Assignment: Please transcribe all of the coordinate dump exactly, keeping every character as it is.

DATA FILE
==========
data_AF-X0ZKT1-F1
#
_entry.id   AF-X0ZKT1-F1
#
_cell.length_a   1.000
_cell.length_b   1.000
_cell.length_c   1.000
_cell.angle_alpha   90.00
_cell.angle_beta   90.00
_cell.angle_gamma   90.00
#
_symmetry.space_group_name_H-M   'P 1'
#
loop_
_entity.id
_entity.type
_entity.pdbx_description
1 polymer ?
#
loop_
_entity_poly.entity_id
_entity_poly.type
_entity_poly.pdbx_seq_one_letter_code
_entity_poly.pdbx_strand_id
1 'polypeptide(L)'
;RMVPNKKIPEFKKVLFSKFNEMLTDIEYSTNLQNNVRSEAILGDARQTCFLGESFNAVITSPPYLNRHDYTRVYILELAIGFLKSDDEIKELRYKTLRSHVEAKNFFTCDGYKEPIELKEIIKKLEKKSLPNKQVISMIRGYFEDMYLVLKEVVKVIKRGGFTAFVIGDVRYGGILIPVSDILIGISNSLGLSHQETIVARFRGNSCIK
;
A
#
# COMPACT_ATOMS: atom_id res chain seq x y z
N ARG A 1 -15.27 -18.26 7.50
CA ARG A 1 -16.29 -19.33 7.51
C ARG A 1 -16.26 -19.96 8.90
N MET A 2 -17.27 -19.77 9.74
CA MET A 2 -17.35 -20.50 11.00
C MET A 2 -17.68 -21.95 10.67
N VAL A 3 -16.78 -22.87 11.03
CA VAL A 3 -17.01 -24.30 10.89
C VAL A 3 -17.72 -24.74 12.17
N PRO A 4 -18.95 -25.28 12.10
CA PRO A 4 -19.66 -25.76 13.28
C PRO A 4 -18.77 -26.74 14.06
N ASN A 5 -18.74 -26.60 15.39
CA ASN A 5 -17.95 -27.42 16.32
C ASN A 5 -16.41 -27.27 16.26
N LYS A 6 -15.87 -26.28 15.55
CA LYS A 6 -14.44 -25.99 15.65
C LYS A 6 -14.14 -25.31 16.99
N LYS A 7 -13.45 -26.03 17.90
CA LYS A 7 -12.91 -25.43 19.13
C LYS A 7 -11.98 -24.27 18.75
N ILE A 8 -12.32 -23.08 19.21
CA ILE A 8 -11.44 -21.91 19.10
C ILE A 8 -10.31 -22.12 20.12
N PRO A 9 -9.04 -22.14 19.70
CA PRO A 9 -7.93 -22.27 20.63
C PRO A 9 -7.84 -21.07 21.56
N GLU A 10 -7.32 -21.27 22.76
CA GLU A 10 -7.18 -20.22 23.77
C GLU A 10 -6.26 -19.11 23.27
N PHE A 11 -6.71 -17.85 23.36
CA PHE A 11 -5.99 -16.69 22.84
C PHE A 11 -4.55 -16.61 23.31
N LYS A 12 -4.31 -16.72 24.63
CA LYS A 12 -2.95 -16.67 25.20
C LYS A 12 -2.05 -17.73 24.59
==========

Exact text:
data_AF-X0ZKT1-F1
#
_entry.id   AF-X0ZKT1-F1
#
_cell.length_a   1.000
_cell.length_b   1.000
_cell.length_c   1.000
_cell.angle_alpha   90.00
_cell.angle_beta   90.00
_cell.angle_gamma   90.00
#
_symmetry.space_group_name_H-M   'P 1'
#
loop_
_entity.id
_entity.type
_entity.pdbx_description
1 polymer ?
#
loop_
_entity_poly.entity_id
_entity_poly.type
_entity_poly.pdbx_seq_one_letter_code
_entity_poly.pdbx_strand_id
1 'polypeptide(L)'
;RMVPNKKIPEFKKVLFSKFNEMLTDIEYSTNLQNNVRSEAILGDARQTCFLGESFNAVITSPPYLNRHDYTRVYILELAIGFLKSDDEIKELRYKTLRSHVEAKNFFTCDGYKEPIELKEIIKKLEKKSLPNKQVISMIRGYFEDMYLVLKEVVKVIKRGGFTAFVIGDVRYGGILIPVSDILIGISNSLGLSHQETIVARFRGNSCIK
;
A
#
# COMPACT_ATOMS: atom_id res chain seq x y z
N ARG A 1 -15.27 -18.26 7.50
CA ARG A 1 -16.29 -19.33 7.51
C ARG A 1 -16.26 -19.96 8.90
N MET A 2 -17.27 -19.77 9.74
CA MET A 2 -17.35 -20.50 11.00
C MET A 2 -17.68 -21.95 10.67
N VAL A 3 -16.78 -22.87 11.03
CA VAL A 3 -17.01 -24.30 10.89
C VAL A 3 -17.72 -24.74 12.17
N PRO A 4 -18.95 -25.28 12.10
CA PRO A 4 -19.66 -25.76 13.28
C PRO A 4 -18.77 -26.74 14.06
N ASN A 5 -18.74 -26.60 15.39
CA ASN A 5 -17.95 -27.42 16.32
C ASN A 5 -16.41 -27.27 16.26
N LYS A 6 -15.87 -26.28 15.55
CA LYS A 6 -14.44 -25.99 15.65
C LYS A 6 -14.14 -25.31 16.99
N LYS A 7 -13.45 -26.03 17.90
CA LYS A 7 -12.91 -25.43 19.13
C LYS A 7 -11.98 -24.27 18.75
N ILE A 8 -12.32 -23.08 19.21
CA ILE A 8 -11.44 -21.91 19.10
C ILE A 8 -10.31 -22.12 20.12
N PRO A 9 -9.04 -22.14 19.70
CA PRO A 9 -7.93 -22.27 20.63
C PRO A 9 -7.84 -21.07 21.56
N GLU A 10 -7.32 -21.27 22.76
CA GLU A 10 -7.18 -20.22 23.77
C GLU A 10 -6.26 -19.11 23.27
N PHE A 11 -6.71 -17.85 23.36
CA PHE A 11 -5.99 -16.69 22.84
C PHE A 11 -4.55 -16.61 23.31
N LYS A 12 -4.31 -16.72 24.63
CA LYS A 12 -2.95 -16.67 25.20
C LYS A 12 -2.05 -17.73 24.59